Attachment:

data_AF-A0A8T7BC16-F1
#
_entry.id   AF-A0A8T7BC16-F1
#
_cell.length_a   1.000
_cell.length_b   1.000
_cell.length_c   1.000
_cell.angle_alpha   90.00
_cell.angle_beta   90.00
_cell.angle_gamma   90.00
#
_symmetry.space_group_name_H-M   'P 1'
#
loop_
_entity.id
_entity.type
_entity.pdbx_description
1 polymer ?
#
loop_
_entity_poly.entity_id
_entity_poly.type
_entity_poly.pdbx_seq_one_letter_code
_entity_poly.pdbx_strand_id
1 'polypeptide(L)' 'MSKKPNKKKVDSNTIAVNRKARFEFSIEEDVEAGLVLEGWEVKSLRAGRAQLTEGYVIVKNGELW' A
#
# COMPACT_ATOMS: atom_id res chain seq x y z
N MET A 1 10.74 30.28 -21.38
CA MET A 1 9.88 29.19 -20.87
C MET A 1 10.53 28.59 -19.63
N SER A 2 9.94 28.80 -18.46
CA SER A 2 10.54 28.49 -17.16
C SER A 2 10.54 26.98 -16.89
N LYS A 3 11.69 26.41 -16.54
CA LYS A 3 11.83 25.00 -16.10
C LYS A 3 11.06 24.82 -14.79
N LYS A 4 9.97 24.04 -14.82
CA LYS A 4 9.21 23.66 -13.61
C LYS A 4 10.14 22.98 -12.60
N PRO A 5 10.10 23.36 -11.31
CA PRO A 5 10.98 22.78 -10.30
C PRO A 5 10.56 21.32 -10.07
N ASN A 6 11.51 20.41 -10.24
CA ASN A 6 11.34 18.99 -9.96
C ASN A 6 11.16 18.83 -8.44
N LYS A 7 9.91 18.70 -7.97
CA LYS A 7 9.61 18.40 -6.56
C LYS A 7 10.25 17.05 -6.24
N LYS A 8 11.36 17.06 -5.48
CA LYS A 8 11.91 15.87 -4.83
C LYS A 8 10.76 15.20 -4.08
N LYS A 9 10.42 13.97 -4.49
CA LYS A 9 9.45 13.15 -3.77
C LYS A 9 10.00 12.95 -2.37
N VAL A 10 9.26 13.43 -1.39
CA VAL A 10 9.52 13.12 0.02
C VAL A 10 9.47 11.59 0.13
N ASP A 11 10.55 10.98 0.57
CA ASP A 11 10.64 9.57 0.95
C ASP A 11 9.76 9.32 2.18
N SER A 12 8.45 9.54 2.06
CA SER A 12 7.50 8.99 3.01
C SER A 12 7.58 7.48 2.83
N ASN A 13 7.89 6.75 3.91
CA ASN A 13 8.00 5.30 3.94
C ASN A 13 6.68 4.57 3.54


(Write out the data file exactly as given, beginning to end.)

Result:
data_AF-A0A8T7BC16-F1
#
_entry.id   AF-A0A8T7BC16-F1
#
_cell.length_a   1.000
_cell.length_b   1.000
_cell.length_c   1.000
_cell.angle_alpha   90.00
_cell.angle_beta   90.00
_cell.angle_gamma   90.00
#
_symmetry.space_group_name_H-M   'P 1'
#
loop_
_entity.id
_entity.type
_entity.pdbx_description
1 polymer ?
#
loop_
_entity_poly.entity_id
_entity_poly.type
_entity_poly.pdbx_seq_one_letter_code
_entity_poly.pdbx_strand_id
1 'polypeptide(L)' 'MSKKPNKKKVDSNTIAVNRKARFEFSIEEDVEAGLVLEGWEVKSLRAGRAQLTEGYVIVKNGELW' A
#
# COMPACT_ATOMS: atom_id res chain seq x y z
N MET A 1 10.74 30.28 -21.38
CA MET A 1 9.88 29.19 -20.87
C MET A 1 10.53 28.59 -19.63
N SER A 2 9.94 28.80 -18.46
CA SER A 2 10.54 28.49 -17.16
C SER A 2 10.54 26.98 -16.89
N LYS A 3 11.69 26.41 -16.54
CA LYS A 3 11.83 25.00 -16.10
C LYS A 3 11.06 24.82 -14.79
N LYS A 4 9.97 24.04 -14.82
CA LYS A 4 9.21 23.66 -13.61
C LYS A 4 10.14 22.98 -12.60
N PRO A 5 10.10 23.36 -11.31
CA PRO A 5 10.98 22.78 -10.30
C PRO A 5 10.56 21.32 -10.07
N ASN A 6 11.51 20.41 -10.24
CA ASN A 6 11.34 18.99 -9.96
C ASN A 6 11.16 18.83 -8.44
N LYS A 7 9.91 18.70 -7.97
CA LYS A 7 9.61 18.40 -6.56
C LYS A 7 10.25 17.05 -6.24
N LYS A 8 11.36 17.06 -5.48
CA LYS A 8 11.91 15.87 -4.83
C LYS A 8 10.76 15.20 -4.08
N LYS A 9 10.42 13.97 -4.49
CA LYS A 9 9.45 13.15 -3.77
C LYS A 9 10.00 12.95 -2.37
N VAL A 10 9.26 13.43 -1.39
CA VAL A 10 9.52 13.12 0.02
C VAL A 10 9.47 11.59 0.13
N ASP A 11 10.55 10.98 0.57
CA ASP A 11 10.64 9.57 0.95
C ASP A 11 9.76 9.32 2.18
N SER A 12 8.45 9.54 2.06
CA SER A 12 7.50 8.99 3.01
C SER A 12 7.58 7.48 2.83
N ASN A 13 7.89 6.75 3.91
CA ASN A 13 8.00 5.30 3.94
C ASN A 13 6.68 4.57 3.54